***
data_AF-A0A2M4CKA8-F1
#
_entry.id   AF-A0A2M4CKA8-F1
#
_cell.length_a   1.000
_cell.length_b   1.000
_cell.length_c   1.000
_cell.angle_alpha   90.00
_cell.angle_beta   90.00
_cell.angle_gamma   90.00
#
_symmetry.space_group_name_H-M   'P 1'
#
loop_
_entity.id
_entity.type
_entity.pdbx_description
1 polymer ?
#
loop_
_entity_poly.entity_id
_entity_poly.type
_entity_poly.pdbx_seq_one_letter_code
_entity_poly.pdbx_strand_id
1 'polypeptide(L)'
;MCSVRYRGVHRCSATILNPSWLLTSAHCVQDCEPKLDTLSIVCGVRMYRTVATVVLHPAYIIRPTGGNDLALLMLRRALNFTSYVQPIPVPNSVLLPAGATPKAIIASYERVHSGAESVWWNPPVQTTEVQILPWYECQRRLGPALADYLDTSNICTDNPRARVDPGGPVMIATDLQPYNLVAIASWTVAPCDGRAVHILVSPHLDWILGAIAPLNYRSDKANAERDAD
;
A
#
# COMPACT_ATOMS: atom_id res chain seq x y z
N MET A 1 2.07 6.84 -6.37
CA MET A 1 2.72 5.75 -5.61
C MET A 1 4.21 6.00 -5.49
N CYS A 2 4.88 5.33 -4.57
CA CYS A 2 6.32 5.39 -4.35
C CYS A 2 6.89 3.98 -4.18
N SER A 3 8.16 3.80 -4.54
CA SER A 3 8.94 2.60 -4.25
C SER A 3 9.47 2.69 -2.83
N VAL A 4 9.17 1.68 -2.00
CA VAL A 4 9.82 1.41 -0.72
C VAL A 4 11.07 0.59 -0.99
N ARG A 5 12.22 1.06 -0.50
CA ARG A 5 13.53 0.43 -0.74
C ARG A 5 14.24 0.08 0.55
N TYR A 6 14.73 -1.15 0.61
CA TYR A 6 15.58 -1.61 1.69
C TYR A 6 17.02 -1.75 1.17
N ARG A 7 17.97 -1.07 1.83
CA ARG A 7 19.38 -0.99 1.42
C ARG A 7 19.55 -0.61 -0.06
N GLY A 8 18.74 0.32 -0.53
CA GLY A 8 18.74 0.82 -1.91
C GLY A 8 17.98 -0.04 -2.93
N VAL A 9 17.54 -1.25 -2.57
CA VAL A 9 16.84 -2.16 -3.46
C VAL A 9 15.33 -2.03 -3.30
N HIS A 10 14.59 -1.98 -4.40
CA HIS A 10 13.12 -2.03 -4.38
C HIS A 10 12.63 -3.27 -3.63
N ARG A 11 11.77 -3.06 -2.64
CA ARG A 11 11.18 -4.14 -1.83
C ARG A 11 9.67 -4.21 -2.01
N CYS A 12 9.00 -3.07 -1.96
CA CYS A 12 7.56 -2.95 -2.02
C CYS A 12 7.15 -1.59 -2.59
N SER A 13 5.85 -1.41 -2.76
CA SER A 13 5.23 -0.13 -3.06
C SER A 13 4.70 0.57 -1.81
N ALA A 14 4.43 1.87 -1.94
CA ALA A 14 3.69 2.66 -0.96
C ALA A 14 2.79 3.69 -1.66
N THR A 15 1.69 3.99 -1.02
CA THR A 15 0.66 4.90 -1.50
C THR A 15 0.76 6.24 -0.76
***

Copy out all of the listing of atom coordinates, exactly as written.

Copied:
data_AF-A0A2M4CKA8-F1
#
_entry.id   AF-A0A2M4CKA8-F1
#
_cell.length_a   1.000
_cell.length_b   1.000
_cell.length_c   1.000
_cell.angle_alpha   90.00
_cell.angle_beta   90.00
_cell.angle_gamma   90.00
#
_symmetry.space_group_name_H-M   'P 1'
#
loop_
_entity.id
_entity.type
_entity.pdbx_description
1 polymer ?
#
loop_
_entity_poly.entity_id
_entity_poly.type
_entity_poly.pdbx_seq_one_letter_code
_entity_poly.pdbx_strand_id
1 'polypeptide(L)'
;MCSVRYRGVHRCSATILNPSWLLTSAHCVQDCEPKLDTLSIVCGVRMYRTVATVVLHPAYIIRPTGGNDLALLMLRRALNFTSYVQPIPVPNSVLLPAGATPKAIIASYERVHSGAESVWWNPPVQTTEVQILPWYECQRRLGPALADYLDTSNICTDNPRARVDPGGPVMIATDLQPYNLVAIASWTVAPCDGRAVHILVSPHLDWILGAIAPLNYRSDKANAERDAD
;
A
#
# COMPACT_ATOMS: atom_id res chain seq x y z
N MET A 1 2.07 6.84 -6.37
CA MET A 1 2.72 5.75 -5.61
C MET A 1 4.21 6.00 -5.49
N CYS A 2 4.88 5.33 -4.57
CA CYS A 2 6.32 5.39 -4.35
C CYS A 2 6.89 3.98 -4.18
N SER A 3 8.16 3.80 -4.54
CA SER A 3 8.94 2.60 -4.25
C SER A 3 9.47 2.69 -2.83
N VAL A 4 9.17 1.68 -2.00
CA VAL A 4 9.82 1.41 -0.72
C VAL A 4 11.07 0.59 -0.99
N ARG A 5 12.22 1.06 -0.50
CA ARG A 5 13.53 0.43 -0.74
C ARG A 5 14.24 0.08 0.55
N TYR A 6 14.73 -1.15 0.61
CA TYR A 6 15.58 -1.61 1.69
C TYR A 6 17.02 -1.75 1.17
N ARG A 7 17.97 -1.07 1.83
CA ARG A 7 19.38 -0.99 1.42
C ARG A 7 19.55 -0.61 -0.06
N GLY A 8 18.74 0.32 -0.53
CA GLY A 8 18.74 0.82 -1.91
C GLY A 8 17.98 -0.04 -2.93
N VAL A 9 17.54 -1.25 -2.57
CA VAL A 9 16.84 -2.16 -3.46
C VAL A 9 15.33 -2.03 -3.30
N HIS A 10 14.59 -1.98 -4.40
CA HIS A 10 13.12 -2.03 -4.38
C HIS A 10 12.63 -3.27 -3.63
N ARG A 11 11.77 -3.06 -2.64
CA ARG A 11 11.18 -4.14 -1.83
C ARG A 11 9.67 -4.21 -2.01
N CYS A 12 9.00 -3.07 -1.96
CA CYS A 12 7.56 -2.95 -2.02
C CYS A 12 7.15 -1.59 -2.59
N SER A 13 5.85 -1.41 -2.76
CA SER A 13 5.23 -0.13 -3.06
C SER A 13 4.70 0.57 -1.81
N ALA A 14 4.43 1.87 -1.94
CA ALA A 14 3.69 2.66 -0.96
C ALA A 14 2.79 3.69 -1.66
N THR A 15 1.69 3.99 -1.02
CA THR A 15 0.66 4.90 -1.50
C THR A 15 0.76 6.24 -0.76